At tax time all the different forms and schedules can be quite confusing, especially if you have to file a 1099-MISC. Whether you work at home, are self employed, or consider yourself a freelancer it is likely that you will have a few 1099s at tax time. A 1099 MISC is the self employed version of a W-2, and any company that pays you more than $600 between January 1st and December 31st of any fiscal year is required by law to send it out to you. There are many forms of the 1099, but the IRS
mainly uses the 1099-MISC to track non employee compensation paid to individuals. If you find yourself staring blankly at your 1099-MISC, these tips may help you figure it out.
When working as a freelancer it is not uncommon to collect non employee payments, prizes, fees for services, and other monetary payments throughout the year. At the end of the year, each business that has paid more than $600 you must send you a 1099-MISC, by January 31st. If you have not received a 1099-MISC by the end of January you should request a copy from both the company that pays you as well as the IRS. Because 1099s are both sent to the freelancer and the IRS it is likely they will have a copy to provide you with. Of course, you will have to verify your identity in order to receive the proper forms.
So now you have a 1099-MISC and you are wondering what you are supposed to do with it, right? When I got my first 1099 there were no instructions and I had no idea what to do with it. My tax return was denied three times because I couldn’t figure it out, and this is actually quite common. Just looking at a 1099-MISC you would never guess it was hard to figure because it doesn’t say much and looks pretty simple. But once you get into the forms it can be a little difficult to determine if you are doing the right thing. If you are really confused and you can’t figure it out you do have options.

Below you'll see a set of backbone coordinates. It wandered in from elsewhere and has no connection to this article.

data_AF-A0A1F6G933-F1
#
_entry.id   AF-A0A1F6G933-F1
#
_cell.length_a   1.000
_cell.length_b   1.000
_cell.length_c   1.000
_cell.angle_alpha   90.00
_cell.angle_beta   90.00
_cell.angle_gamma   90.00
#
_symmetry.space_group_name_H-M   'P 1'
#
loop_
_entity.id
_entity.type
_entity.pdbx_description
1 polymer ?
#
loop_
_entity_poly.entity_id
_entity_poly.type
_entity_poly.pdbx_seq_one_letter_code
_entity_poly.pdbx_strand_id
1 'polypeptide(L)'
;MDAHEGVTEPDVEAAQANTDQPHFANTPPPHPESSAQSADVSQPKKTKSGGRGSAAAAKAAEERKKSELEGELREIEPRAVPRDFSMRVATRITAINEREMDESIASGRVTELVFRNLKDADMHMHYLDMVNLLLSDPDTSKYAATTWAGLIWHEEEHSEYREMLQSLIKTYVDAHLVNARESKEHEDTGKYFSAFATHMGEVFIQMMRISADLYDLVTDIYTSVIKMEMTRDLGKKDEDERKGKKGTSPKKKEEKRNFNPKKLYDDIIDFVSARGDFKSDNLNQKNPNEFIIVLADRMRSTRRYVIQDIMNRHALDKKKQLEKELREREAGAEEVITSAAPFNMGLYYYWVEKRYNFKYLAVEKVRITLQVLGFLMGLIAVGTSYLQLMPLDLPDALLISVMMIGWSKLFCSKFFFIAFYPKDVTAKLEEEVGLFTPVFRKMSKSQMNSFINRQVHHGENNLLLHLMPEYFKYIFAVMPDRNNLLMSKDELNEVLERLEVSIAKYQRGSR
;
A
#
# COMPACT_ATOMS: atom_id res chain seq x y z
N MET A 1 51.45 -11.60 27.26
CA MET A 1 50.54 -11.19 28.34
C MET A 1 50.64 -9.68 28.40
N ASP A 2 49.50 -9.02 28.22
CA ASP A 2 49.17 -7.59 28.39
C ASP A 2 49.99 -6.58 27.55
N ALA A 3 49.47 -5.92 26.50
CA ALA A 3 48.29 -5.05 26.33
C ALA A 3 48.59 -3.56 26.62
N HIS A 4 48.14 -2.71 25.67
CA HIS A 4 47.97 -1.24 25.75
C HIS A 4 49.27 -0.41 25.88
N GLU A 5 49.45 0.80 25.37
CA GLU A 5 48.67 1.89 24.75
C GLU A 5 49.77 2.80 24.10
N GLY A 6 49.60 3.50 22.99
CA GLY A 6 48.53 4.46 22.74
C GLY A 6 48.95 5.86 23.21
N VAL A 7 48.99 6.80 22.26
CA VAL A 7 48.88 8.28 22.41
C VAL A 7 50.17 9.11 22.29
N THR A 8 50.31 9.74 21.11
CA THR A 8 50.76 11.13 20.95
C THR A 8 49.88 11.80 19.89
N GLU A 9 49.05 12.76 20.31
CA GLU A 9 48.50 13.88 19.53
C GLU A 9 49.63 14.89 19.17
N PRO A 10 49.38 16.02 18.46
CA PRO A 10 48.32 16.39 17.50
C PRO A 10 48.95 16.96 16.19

The worst thing that you can do is ignore your 1099-MISC. By law both you and the company that pays you are required to file a 1099-MISC. Your 1099 should be reported under schedule C or C-EZ and SE for Self Employment, along with your regular 1040. If you fail to file your 1099-MISC be prepared to pay fines. Depending on how late you file your 1099 the fines can range from $15-$50 for individuals and $25,000-$100,000 if you are a small business owner. You must also keep a copy of all 1099s you receive and file as proof of complying with tax laws.
If you prefer not to prepare your own taxes, or you can’t figure it out like I couldn’t you could always have a paid prepared, such as a CPA help you file your 1099-MISC. Some of the deductions and expenses can be pretty confusing if you are not familiar with personal finance so having a registered CPA will definitely save you time and headache. After you learn how it is done you can do it yourself the next time, if you want.
If your 1099-MISC is wrong you need to get an amended copy right away. You can do this by notifying the paying company that the 1099 they sent does not match your records. By law the company is required to investigate your claim and send you a new 1099-MISC if there were changes made. Just to make sure everyone is notified you should personally send a copy of your new 1099-MISC to the IRS. The computers the IRS uses are much more efficient than they were 10 years ago and are much quicker at picking up errors between records.
Sometimes a 1099 may seem like it is incorrect, when it is actually right. For example, if you were paid $2000 by a travel magazine for an article and photos and then reimbursed $3500 for travel and expenses it is likely your 1099-MISC will say that you were paid $5500. But you paid out of pocket for those things and got the money back later! How can that be? Generally reimbursements are added as compensation on a 1099-MISC because there is not another box. Go ahead and report the $5500 and then take all the deductions and expenses you are allowed from your total gross income and it should balance out.
If you didn’t receive a 1099-MISC and you know you should have, you should request a copy. Just because you didn’t receive a 1099-MISC doesn’t mean that you automatically have free cash. Nothing is free. By law you must report all income and this includes non employee compensation from individuals and companies. If you fail to report your 1099-MISC you can be charged with tax fraud. Tax fraud is a felony punishable by jail time and fines. When filing your federal and state taxes don’t forget to include your 1099. Good luck!